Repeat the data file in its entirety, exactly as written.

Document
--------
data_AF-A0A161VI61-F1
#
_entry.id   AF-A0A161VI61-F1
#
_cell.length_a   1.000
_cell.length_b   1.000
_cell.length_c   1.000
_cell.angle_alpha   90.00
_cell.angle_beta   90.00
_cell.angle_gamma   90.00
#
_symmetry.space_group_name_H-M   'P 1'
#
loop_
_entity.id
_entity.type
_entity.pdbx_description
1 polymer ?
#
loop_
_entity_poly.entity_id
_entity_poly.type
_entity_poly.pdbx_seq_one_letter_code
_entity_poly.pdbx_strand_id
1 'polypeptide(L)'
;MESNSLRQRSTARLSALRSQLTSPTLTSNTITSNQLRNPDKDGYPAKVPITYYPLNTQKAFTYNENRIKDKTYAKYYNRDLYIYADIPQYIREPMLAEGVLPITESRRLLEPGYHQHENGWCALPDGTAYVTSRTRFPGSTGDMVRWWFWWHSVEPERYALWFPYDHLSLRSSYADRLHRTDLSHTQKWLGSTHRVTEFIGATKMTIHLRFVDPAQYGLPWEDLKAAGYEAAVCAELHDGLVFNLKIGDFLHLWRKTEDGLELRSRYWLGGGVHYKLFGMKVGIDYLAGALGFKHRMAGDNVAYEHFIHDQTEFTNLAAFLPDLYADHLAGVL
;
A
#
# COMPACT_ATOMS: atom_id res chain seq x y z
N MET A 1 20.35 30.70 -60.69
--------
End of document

data_AF-A0A161VI61-F1
#
_entry.id   AF-A0A161VI61-F1
#
_cell.length_a   1.000
_cell.length_b   1.000
_cell.length_c   1.000
_cell.angle_alpha   90.00
_cell.angle_beta   90.00
_cell.angle_gamma   90.00
#
_symmetry.space_group_name_H-M   'P 1'
#
loop_
_entity.id
_entity.type
_entity.pdbx_description
1 polymer ?
#
loop_
_entity_poly.entity_id
_entity_poly.type
_entity_poly.pdbx_seq_one_letter_code
_entity_poly.pdbx_strand_id
1 'polypeptide(L)'
;MESNSLRQRSTARLSALRSQLTSPTLTSNTITSNQLRNPDKDGYPAKVPITYYPLNTQKAFTYNENRIKDKTYAKYYNRDLYIYADIPQYIREPMLAEGVLPITESRRLLEPGYHQHENGWCALPDGTAYVTSRTRFPGSTGDMVRWWFWWHSVEPERYALWFPYDHLSLRSSYADRLHRTDLSHTQKWLGSTHRVTEFIGATKMTIHLRFVDPAQYGLPWEDLKAAGYEAAVCAELHDGLVFNLKIGDFLHLWRKTEDGLELRSRYWLGGGVHYKLFGMKVGIDYLAGALGFKHRMAGDNVAYEHFIHDQTEFTNLAAFLPDLYADHLAGVL
;
A
#
# COMPACT_ATOMS: atom_id res chain seq x y z
N MET A 1 20.35 30.70 -60.69